Art Gallery of South Australia, Adelaide, South Australia © Megan Crabb
6 of the best modern art galleries in Australia
Are you a fan of contemporary art? Here are six Australian galleries you really need to visit.
By Simon Webster
Australia’s top galleries are remarkable places for discovering modern and contemporary art. You’ll find masterpieces from Australia and overseas, major international exhibitions, the controversial and the quirky, and a broad range of Aboriginal and Torres Strait Islander art. From the National Gallery of Australia in Canberra to Hobart’s radical Museum of Old and New Art, here are six destinations that offer amazing art experiences.
Queensland Art Gallery and Gallery of Modern Art
Where: Stanley Pl, South Bank, Brisbane
The Queensland Art Gallery and Gallery of Modern Art (QAGOMA) is internationally recognised for its collection of contemporary art from Australia, Asia and the Pacific. You can experience this, alongside a dynamic program of exhibitions, in two buildings on Brisbane’s buzzing South Bank. This riverside neighbourhood is home to leading cultural institutions, parks, markets and even a city beach, just across a pedestrian bridge from the city centre.
QAGOMA is also home to the renowned Asia Pacific Triennial of Contemporary Art, which, every three years showcases some of the most exciting contemporary art from this part of the world.
Museum of Contemporary Art Australia
Where: 140 George St, Sydney
Right on Sydney Harbour, with views across to the Sydney Opera House, the Museum of Contemporary Art Australia (better known as the MCA) has been challenging, inspiring, and sometimes confounding visitors with contemporary art since 1991.
The MCA celebrates living artists through exhibitions, special events and its permanent collection of 4,000 works by Australian artists. But it also has a sense of history: its buildings are on the site where Australia’s first European settlers landed on the First Fleet in 1788. The MCA also has a strong commitment to Aboriginal and Torres Strait Islander contemporary art. This includes the permanent work Warrang, by Brook Andrew, which comprises a sculptural LED arrow pointing to lines of poetry, and greets people as they enter the museum.
General admission is free, so treat yourself to lunch with stunning views over the harbour at the rooftop café while you’re there.
Museum of Old and New Art
Make sure you stop for at least a cocktail at Faro – MONA’s newest restaurant is a work of art in itself.
Where: 655 Main Rd, Berriedale, Hobart
It’s weird and wonderful, and an essential visit when visiting Hobart. A 25-minute ferry ride (with seats that look like sheep no less) from the city’s historic waterfront, the bold, privately-owned Museum of Old and New Art (MONA) has been dividing opinions – but largely earning rave reviews – since the day it opened in 2011.
There are no labels on the artworks in MONA’s subterranean world, though you can listen to commentary on a location-aware mobile guide. Either way, you’re guaranteed to find plenty to love in founder David Walsh’s eclectic (to say the least) private collection of art and antiquities.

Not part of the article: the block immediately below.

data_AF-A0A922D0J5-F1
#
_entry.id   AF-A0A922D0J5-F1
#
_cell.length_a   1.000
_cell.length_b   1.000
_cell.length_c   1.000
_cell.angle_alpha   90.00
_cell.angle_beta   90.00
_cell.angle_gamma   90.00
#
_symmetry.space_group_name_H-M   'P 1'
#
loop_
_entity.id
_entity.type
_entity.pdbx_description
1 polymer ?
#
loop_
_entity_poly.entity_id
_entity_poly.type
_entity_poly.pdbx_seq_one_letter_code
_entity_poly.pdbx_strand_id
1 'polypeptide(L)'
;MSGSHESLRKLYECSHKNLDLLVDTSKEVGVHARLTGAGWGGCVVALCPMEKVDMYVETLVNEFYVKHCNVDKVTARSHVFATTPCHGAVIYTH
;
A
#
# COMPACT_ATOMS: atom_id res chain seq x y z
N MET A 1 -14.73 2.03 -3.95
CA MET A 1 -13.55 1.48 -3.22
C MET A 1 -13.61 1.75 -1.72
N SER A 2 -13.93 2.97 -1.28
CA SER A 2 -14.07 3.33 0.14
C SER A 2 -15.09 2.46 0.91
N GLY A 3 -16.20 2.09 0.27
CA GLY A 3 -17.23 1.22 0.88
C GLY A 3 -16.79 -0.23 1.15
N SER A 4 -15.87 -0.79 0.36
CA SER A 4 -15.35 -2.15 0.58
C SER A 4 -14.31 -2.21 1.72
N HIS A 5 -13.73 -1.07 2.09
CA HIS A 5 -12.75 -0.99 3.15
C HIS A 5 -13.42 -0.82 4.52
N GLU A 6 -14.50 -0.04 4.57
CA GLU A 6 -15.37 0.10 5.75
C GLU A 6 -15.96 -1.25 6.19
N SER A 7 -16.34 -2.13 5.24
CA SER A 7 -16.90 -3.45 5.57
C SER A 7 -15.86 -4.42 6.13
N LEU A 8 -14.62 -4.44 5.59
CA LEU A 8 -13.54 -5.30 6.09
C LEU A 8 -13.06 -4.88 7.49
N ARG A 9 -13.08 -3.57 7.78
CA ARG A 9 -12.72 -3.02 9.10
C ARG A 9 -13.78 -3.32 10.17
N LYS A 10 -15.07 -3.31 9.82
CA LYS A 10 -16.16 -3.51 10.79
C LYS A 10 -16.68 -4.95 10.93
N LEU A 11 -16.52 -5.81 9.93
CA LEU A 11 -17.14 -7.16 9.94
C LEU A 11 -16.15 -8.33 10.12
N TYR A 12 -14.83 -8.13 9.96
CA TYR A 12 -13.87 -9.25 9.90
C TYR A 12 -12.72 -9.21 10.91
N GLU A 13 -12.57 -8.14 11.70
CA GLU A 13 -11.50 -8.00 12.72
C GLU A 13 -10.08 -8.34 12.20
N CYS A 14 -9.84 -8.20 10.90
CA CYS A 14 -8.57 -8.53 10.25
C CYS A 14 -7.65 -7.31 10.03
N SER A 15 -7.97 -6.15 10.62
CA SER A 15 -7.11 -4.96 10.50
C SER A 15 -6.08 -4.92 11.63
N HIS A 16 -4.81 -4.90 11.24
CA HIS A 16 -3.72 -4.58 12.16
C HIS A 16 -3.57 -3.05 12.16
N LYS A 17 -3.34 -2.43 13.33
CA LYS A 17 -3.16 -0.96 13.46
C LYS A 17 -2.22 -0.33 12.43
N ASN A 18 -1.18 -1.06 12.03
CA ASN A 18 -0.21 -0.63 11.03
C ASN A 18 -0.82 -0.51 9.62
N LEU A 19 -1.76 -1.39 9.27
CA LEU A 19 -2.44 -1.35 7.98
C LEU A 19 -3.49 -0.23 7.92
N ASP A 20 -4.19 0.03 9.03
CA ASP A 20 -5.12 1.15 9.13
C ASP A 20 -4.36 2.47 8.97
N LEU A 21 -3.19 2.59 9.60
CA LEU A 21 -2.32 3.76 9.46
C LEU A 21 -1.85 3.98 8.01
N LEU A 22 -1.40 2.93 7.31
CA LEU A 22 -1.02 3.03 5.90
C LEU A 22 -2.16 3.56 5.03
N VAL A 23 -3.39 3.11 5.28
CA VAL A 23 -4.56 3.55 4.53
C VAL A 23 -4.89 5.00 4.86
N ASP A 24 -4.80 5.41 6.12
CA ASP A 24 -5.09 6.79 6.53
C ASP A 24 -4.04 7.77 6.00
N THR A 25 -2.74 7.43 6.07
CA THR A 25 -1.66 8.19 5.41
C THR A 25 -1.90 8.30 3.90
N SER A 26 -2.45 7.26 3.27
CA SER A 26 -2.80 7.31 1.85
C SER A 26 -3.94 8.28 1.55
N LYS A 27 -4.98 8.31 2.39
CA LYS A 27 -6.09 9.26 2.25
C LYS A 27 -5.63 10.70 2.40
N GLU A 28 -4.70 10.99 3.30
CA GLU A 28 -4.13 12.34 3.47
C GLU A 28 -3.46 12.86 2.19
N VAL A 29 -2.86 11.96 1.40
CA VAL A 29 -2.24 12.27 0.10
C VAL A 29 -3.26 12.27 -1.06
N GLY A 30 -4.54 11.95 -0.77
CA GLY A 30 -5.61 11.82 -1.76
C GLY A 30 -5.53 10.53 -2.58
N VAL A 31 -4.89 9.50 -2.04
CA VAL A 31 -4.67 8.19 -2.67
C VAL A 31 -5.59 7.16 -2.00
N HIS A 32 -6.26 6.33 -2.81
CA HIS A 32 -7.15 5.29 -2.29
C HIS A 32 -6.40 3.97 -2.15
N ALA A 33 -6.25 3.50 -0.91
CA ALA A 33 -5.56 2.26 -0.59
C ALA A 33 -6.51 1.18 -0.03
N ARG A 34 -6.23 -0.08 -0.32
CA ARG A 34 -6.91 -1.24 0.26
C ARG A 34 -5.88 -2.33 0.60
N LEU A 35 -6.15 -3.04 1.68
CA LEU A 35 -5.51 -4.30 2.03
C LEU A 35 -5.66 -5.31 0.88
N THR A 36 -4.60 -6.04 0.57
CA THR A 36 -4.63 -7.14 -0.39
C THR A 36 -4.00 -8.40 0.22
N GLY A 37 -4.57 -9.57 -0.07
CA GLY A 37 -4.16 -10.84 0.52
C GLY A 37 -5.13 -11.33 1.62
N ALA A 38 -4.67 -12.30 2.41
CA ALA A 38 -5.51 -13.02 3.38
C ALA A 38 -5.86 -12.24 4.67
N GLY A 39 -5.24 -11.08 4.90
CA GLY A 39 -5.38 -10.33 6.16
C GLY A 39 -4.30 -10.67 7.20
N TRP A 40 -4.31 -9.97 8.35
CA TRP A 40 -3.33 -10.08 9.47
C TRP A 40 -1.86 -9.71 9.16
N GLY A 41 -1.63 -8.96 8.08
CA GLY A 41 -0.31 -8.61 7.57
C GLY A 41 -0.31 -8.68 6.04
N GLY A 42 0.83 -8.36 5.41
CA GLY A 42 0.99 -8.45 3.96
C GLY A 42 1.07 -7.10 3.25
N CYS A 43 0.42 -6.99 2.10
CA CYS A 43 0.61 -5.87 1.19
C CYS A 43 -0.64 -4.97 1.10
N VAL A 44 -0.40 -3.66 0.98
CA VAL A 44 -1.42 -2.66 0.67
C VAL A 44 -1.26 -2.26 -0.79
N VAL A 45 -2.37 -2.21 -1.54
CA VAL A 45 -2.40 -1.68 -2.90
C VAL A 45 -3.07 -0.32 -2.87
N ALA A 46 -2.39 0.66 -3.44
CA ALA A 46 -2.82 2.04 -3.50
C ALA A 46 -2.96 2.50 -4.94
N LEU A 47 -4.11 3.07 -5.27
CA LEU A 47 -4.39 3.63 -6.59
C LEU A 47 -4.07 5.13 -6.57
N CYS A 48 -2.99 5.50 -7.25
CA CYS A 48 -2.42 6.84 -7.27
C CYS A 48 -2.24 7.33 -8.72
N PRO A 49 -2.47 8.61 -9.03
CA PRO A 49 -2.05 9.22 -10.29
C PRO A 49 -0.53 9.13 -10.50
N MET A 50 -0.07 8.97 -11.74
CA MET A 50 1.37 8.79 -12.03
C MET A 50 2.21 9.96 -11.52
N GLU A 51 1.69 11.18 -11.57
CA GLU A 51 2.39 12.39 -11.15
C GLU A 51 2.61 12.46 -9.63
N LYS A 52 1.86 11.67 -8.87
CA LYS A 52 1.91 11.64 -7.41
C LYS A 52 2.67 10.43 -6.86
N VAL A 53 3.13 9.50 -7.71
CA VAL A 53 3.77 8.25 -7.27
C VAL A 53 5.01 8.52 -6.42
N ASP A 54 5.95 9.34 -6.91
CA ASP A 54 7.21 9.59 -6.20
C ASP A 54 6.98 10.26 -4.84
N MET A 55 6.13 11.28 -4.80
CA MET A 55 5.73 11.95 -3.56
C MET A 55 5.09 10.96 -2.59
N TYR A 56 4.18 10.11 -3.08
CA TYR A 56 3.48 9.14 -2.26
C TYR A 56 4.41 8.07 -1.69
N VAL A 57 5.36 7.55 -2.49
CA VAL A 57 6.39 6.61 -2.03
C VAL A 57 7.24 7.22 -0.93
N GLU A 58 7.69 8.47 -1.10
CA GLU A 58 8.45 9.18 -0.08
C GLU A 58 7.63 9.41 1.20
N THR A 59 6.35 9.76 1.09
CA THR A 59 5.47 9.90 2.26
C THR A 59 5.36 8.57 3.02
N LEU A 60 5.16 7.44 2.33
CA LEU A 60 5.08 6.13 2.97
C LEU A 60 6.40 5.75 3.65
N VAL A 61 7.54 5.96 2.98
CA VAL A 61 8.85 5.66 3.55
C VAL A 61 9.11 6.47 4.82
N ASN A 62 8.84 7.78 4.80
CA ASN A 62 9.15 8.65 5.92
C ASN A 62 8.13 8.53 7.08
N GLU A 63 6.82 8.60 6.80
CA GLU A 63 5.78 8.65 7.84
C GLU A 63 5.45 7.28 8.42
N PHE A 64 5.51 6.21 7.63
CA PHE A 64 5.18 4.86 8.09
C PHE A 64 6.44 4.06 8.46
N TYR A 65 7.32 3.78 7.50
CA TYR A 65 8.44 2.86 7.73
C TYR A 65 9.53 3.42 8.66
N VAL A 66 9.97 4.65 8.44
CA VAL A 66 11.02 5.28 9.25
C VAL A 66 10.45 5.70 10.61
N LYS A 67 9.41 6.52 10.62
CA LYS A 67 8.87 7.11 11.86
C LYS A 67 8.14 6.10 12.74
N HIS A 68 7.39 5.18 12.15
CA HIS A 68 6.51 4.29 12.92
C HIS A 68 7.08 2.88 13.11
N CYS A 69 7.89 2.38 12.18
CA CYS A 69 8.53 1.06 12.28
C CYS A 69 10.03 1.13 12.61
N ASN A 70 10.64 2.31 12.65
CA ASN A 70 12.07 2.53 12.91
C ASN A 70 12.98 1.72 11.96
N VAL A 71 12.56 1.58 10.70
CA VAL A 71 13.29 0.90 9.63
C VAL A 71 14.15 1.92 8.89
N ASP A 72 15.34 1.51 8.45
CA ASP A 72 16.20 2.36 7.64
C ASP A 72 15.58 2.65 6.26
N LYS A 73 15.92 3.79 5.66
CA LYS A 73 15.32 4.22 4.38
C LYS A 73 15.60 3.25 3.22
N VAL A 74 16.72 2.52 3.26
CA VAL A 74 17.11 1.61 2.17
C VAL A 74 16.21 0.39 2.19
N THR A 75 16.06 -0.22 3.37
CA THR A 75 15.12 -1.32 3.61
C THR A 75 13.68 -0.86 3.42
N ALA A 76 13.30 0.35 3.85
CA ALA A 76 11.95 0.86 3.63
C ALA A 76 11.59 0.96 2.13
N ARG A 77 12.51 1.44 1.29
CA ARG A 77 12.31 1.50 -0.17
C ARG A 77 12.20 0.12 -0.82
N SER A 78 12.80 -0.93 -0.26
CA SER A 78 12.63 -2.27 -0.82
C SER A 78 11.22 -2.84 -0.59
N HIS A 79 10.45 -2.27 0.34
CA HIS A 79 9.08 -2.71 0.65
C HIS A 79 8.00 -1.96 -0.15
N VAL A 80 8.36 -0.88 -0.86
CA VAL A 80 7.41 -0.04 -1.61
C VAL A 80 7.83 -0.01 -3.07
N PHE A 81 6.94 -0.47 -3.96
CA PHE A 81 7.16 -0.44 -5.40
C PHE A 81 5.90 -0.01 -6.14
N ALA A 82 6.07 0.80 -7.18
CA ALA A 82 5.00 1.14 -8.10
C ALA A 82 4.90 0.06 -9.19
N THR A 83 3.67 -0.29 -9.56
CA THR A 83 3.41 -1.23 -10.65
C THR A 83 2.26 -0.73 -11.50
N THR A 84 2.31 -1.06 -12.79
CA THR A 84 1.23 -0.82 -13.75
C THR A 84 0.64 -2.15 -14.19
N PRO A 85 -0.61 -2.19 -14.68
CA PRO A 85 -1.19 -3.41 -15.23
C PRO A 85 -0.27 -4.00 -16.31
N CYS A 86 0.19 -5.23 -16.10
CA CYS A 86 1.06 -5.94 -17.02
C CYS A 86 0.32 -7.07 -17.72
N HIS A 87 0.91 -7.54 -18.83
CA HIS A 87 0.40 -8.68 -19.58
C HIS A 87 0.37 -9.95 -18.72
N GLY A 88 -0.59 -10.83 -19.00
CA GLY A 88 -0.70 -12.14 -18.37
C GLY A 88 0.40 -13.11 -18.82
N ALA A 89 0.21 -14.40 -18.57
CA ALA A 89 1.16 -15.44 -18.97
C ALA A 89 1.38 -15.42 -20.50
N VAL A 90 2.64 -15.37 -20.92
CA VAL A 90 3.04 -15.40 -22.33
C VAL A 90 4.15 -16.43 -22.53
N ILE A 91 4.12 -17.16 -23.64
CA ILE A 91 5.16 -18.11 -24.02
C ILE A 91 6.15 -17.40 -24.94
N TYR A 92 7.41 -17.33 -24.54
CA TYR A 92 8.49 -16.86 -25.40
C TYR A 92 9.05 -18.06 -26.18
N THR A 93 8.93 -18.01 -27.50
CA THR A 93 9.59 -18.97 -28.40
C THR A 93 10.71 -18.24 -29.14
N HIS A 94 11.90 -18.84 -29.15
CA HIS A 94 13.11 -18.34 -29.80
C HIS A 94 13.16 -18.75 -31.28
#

Above ground, the dining experiences are as interesting as the art. Visit the on-site winery or stay the night in the stylish MONA Pavilions accommodation.
National Gallery of Victoria
Where: 180 St Kilda Rd, Melbourne
Australia’s oldest art museum (dating back to 1861), the National Gallery of Victoria (NGV) welcomes some 2.5 million visitors a year and has more than 75,000 objects in its collection, including a magnificent selection of Aboriginal and Torres Strait Islander art.
The gallery is known for hosting blockbuster world premiere exhibitions. It also offers a program of events covering everything from contemporary art and design to fashion, sound and performance.
Look out for works by the likes of Ai Weiwei, David Shrigley, Guerrilla Girls, Louise Lawler and Nick Cave as you explore the NGV’s two stunning buildings, NGV International and NGV Australia.
National Gallery of Australia
Where: Parkes Place E, Parkes, Canberra
Found in Australia’s capital city of Canberra, the National Gallery of Australia (NGA) hosts major exhibitions and is home to a permanent collection of approximately 160,000 works, including a remarkable array of modern and contemporary international art, from the surrealism of René Magritte to the pop art of Andy Warhol. You’ll find works by Jackson Pollock (including his masterpiece Blue poles), Henri Matisse and James Turrell, whose Within Without is a walk-through “Skyspace” in the NGA gardens.
While you’re outdoors, don’t miss the sculpture garden between the NGA building and Lake Burley Griffin. But be sure to leave plenty of time to head back indoors and explore the gallery’s vast collection of Aboriginal and Torres Strait Islander art, which includes works by Australia’s most famous Aboriginal artist, Albert Namatjira.
Art Gallery of South Australia
Where: North Terrace, Adelaide
The Art Gallery of South Australia (AGSA) has been on its current site, an iconic building in the centre of Adelaide, since 1900. In the intervening years, the gallery has expanded in line with its increasingly impressive collection, which is 45,000 pieces strong and spans 2,000 years. The Aboriginal and Torres Strait Islander art is a highlight, along with the 20th-century modernist art collection, which focuses on works by female artists.
Exploring the gallery, you’ll find works by Australian greats, including Sidney Nolan and Arthur Boyd, and contemporary Asian art, including Absence embodied, a wool, bronze and plaster installation by Chiharu Shiota.
Look out for major events including the Adelaide Biennial of Australian Art, the Tarnanthi festival of contemporary Aboriginal and Torres Strait Islander Art, and the Ramsay Art Prize for contemporary Australian artists under 40.